Copyright 2020, African American Museum Of Dallas. All Rights Reserved.
Facing The Rising Sun presents the remnants of a once thriving North Dallas Community. Facing the Rising Sun contains photographs, found objects, and historical documents that provide an insight into a community called Freedman’s Town and later known as short North Dallas and now known as Uptown. Interactive video kiosks allow visitors to see and hear from the people who knew Freedman’s Town first-hand.
The AAM, Dallas has one of the largest collections of African American folk art in the country. The Billy R. Allen Folk Art Collection, named for a founding board member, has grown to include more than 500 objects. Dr. Warren and Sylvia Lowe of Lafayette, Louisiana, Sally Griffiths and Dr. Bobby Alexander of Dallas, Texas have been major contributors. Pieces from the collection are rotated, twice each year, in the Sam and Ruth Bussey Gallery. Artists include Clementine Hunter, Mose Tolliver, Reverend Johnnie Swearingen, David Butler, Sister Gertrude Morgan, and Isaac Smith to name a few.
The Decorative Arts Collection consists of objects as early as the late 18th century. Some items are an 1824 coverlet; five pieces crafted between 1840-1850 by the legendary North Carolina furniture maker, Thomas Day (1820-1860); an 1888 crazy quilt; an 1830 slave made desk from San Augustine, Texas; and ceramics by Carroll Harris Simms, Co-founder of the Texas Southern University Art Department and Sandy Besser African Basket Collection. Also included is a silver teaspoon made by Peter Bentzon (1783-1850).
Featuring works of art by guest artist, Randell Henry and works from the African American Museum’s Permanent Collection GEMS (Isaac Smith, Johannes Boekhoudt, and all other artists in Gems)
Conceptual Menagerie is a collection of abstract paintings and figurative sculptures that define the connection between two mediums of art. The utilization of color, texture, and composition are deliberate illustrations of how figurative and non-figurative objects come together.
For 3 Decades Vicki Meek has created installations that critique, examine and comment on the African American experience in the United States, as well as her own reactions to social injustice, African American heroes and heroines and the African and African American aesthetic. Her work reflects the ideals developed during the Black Power Movement and the accompanying Black Arts Movement of the 1960s. Trained as a sculptor, she has idolized some of the leading icons of African American art such as Elizabeth Catlett, Jacob Lawrence and Romare Bearden. Her works reflect the influence of those icons as well as her own development as an artist over three decades. Curated by Dr. Lauren Cross of the University of North Texas, visitors will experience Vicki Meek’s genius of attacking issues in our society and forcing observers to react to the many challenging issues that confront all of us each day.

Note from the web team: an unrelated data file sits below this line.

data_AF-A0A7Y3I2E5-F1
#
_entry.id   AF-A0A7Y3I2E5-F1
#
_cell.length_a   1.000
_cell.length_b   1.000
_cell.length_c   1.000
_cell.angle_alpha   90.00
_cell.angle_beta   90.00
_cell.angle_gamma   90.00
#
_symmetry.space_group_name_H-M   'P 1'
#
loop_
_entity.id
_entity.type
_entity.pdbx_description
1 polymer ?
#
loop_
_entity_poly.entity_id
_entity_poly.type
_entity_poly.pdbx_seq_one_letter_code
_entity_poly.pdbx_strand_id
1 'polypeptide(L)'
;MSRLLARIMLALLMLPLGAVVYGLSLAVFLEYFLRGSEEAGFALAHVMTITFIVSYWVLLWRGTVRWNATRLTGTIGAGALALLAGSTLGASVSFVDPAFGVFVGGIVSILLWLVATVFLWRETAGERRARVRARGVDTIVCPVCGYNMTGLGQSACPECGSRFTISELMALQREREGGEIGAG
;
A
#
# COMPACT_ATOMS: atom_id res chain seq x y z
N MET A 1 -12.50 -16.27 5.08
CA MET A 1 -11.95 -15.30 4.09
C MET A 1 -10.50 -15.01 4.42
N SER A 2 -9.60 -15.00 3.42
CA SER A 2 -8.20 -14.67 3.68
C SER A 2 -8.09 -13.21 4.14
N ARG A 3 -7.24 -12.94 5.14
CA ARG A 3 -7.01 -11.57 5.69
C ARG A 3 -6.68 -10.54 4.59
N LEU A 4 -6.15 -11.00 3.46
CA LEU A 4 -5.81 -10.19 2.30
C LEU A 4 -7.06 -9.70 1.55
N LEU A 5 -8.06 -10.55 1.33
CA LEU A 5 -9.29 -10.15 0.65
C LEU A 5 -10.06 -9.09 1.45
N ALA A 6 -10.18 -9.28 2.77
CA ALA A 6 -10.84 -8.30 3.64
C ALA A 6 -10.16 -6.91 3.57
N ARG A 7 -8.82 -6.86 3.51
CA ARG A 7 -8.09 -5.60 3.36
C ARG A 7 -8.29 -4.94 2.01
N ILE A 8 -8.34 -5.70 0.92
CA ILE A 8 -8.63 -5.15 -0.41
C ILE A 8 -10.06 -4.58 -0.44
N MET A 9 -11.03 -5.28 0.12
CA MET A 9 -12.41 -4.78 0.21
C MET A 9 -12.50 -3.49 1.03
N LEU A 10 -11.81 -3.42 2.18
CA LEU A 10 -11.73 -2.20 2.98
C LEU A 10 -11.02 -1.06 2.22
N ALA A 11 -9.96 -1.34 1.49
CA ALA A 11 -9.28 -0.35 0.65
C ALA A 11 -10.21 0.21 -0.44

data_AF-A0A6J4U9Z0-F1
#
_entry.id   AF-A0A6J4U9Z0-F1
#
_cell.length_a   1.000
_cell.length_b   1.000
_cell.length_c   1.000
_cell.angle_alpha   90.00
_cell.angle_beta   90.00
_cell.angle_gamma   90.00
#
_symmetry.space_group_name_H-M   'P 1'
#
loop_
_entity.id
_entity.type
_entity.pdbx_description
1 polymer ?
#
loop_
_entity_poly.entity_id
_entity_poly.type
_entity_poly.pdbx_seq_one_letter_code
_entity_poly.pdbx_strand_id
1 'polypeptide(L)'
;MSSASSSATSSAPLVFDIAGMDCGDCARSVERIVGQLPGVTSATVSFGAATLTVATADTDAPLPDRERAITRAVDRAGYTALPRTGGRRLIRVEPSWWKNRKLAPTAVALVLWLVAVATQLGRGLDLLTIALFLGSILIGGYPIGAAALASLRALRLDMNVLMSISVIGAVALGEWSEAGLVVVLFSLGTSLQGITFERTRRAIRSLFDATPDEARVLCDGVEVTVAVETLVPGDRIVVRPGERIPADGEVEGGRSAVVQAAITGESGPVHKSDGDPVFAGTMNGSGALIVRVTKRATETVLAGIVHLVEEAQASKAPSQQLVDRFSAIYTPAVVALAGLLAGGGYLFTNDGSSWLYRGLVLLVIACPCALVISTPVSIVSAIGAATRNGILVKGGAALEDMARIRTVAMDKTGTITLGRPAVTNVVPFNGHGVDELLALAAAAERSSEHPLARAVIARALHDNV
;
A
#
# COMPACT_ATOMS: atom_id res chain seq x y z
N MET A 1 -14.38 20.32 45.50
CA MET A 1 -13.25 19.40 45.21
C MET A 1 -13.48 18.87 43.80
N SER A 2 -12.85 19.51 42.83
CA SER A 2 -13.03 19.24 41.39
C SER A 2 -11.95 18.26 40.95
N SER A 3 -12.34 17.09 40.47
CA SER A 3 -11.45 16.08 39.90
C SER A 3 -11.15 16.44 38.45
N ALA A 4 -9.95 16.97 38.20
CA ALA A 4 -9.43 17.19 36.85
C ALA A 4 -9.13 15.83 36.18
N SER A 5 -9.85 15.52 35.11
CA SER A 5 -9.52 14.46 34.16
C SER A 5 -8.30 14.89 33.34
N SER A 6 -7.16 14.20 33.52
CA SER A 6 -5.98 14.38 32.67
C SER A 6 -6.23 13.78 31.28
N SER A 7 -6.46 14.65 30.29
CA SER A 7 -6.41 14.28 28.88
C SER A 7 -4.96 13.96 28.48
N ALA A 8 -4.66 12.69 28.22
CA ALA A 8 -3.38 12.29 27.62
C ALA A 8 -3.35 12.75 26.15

Black hair has always been more than mere follicles: it’s an economy, physical, spiritual and political. Within this world, there are so many layers. This exhibit will attempt to explore a few. The myths of Black hair. The magic of Black hair. And the Black methods of hair. Myth dissects the misinformation that have been and continue to be spread. Magic explores the concoctions traditionally and currently used to woo the coils, curls and kinks into anything the heart desires. And methods to highlight the often forgotten invisible hands and beings behind the styles. My goal is to provide an immersive hair experience. I’ll be creating paintings featuring local Black women and their hair including portraits of my personal stylists, from my beautician grandmother to my current location as well as a portrait of the late great poet Rage Almighty whose poem on hair sparked the whole concept. I’m also tapping local creators to join me on the visual journey and am planning to include installations by the talented Ciara Bryant and Danielle Demetria, paintings by Art-Fro Kreationz and Youveline Creations, hair photography by FennixRai, video hairart and hairkus by NappyHairAffair’s Linda Jones.